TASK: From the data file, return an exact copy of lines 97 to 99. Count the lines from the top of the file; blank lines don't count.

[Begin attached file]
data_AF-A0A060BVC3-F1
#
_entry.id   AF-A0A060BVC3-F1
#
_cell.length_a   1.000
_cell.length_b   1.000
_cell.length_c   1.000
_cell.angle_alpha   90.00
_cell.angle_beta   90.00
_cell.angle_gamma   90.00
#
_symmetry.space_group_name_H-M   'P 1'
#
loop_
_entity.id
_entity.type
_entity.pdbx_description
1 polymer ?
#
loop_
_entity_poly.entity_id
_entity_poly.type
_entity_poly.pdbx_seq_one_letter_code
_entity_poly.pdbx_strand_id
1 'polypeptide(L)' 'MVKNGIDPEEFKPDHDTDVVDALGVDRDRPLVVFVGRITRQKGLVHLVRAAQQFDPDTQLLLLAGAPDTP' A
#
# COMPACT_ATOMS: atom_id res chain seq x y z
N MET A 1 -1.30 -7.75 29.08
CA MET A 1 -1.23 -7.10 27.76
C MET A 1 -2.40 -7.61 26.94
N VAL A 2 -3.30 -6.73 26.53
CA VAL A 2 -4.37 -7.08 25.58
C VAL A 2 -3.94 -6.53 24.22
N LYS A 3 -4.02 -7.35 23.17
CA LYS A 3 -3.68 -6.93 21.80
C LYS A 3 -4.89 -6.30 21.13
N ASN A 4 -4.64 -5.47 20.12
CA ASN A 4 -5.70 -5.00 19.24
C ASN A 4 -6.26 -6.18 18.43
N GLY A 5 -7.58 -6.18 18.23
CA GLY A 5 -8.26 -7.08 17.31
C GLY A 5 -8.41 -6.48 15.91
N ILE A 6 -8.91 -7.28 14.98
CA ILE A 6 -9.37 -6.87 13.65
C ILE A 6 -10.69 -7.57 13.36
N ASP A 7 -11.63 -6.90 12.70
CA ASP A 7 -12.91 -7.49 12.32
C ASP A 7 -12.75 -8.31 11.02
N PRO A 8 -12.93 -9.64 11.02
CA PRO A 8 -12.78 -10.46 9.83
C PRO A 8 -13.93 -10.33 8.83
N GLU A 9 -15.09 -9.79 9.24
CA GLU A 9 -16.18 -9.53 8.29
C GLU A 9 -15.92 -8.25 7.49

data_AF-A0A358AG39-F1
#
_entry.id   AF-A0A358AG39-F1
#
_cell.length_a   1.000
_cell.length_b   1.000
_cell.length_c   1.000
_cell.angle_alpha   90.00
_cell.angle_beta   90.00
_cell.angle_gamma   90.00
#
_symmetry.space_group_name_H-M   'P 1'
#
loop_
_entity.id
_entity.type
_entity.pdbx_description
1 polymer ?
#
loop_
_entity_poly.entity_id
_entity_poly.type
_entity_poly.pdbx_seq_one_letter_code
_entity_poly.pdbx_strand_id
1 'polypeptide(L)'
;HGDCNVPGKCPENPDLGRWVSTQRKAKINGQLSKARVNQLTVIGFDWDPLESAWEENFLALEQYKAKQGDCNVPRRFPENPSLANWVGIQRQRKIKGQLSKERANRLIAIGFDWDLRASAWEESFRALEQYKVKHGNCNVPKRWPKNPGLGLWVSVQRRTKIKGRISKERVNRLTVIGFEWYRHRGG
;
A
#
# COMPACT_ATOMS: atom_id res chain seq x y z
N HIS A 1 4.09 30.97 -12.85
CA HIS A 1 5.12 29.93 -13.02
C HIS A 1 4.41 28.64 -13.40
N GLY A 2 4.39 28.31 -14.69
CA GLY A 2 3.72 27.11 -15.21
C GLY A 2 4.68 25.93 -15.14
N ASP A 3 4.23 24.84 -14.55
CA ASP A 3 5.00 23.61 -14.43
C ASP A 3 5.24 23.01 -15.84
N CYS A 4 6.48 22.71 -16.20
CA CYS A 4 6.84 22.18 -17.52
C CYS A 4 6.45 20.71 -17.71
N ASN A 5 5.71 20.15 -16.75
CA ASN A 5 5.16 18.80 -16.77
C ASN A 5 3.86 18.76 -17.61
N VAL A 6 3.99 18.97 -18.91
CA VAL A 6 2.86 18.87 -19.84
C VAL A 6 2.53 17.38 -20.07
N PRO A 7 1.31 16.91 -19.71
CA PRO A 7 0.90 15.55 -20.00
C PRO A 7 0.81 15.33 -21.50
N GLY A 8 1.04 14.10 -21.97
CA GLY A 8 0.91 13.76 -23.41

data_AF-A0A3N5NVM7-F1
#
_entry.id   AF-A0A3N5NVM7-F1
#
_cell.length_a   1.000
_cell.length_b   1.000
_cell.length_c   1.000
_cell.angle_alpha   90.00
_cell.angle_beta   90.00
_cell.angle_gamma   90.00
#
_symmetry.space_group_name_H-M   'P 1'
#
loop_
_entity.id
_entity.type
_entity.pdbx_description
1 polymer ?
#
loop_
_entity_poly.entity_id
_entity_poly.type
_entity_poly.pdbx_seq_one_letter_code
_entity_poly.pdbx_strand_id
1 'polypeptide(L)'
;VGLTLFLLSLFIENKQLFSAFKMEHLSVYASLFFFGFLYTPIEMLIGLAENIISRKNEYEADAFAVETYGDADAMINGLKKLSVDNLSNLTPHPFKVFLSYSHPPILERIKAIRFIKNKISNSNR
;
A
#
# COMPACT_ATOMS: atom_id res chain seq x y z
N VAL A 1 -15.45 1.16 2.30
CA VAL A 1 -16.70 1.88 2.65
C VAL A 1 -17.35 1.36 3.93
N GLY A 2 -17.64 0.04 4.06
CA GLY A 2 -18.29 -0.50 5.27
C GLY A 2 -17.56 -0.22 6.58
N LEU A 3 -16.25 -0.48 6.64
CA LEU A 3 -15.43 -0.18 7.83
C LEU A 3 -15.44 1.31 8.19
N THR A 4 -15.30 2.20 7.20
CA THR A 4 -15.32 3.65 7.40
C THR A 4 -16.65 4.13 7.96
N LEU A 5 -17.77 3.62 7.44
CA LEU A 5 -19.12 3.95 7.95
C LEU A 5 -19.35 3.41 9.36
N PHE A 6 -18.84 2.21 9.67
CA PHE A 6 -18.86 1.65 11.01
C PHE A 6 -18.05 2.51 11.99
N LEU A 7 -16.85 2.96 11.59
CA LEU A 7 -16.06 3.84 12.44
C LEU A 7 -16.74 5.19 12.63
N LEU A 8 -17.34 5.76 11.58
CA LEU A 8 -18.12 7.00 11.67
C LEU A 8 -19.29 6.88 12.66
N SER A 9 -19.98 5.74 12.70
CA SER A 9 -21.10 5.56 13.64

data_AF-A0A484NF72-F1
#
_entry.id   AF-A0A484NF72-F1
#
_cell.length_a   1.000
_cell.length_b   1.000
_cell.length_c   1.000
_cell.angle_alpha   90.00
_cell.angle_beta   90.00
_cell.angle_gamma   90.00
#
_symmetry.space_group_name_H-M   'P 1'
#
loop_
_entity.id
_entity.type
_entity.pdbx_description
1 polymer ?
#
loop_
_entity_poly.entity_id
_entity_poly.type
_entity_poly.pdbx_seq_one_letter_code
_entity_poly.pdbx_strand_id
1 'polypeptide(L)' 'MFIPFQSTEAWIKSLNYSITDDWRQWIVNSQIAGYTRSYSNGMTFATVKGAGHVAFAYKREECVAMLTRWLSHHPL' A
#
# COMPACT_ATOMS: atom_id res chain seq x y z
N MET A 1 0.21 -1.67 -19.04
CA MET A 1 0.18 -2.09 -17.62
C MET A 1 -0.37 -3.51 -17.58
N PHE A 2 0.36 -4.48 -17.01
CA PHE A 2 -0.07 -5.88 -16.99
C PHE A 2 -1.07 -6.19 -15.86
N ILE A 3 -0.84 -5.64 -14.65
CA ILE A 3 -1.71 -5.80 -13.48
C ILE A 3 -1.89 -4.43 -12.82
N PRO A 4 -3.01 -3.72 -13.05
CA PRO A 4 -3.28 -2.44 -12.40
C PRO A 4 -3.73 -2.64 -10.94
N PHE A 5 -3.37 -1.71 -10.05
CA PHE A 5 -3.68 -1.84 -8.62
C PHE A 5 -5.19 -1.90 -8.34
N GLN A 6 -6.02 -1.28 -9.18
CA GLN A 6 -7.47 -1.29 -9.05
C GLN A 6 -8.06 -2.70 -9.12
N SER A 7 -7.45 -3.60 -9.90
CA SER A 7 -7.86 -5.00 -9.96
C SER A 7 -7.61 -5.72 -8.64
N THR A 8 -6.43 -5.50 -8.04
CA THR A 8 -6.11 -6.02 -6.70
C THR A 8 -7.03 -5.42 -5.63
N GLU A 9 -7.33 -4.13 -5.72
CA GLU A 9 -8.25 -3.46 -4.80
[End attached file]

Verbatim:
N ASN A 5 5.71 20.15 -16.75
CA ASN A 5 5.16 18.80 -16.77
C ASN A 5 3.86 18.76 -17.61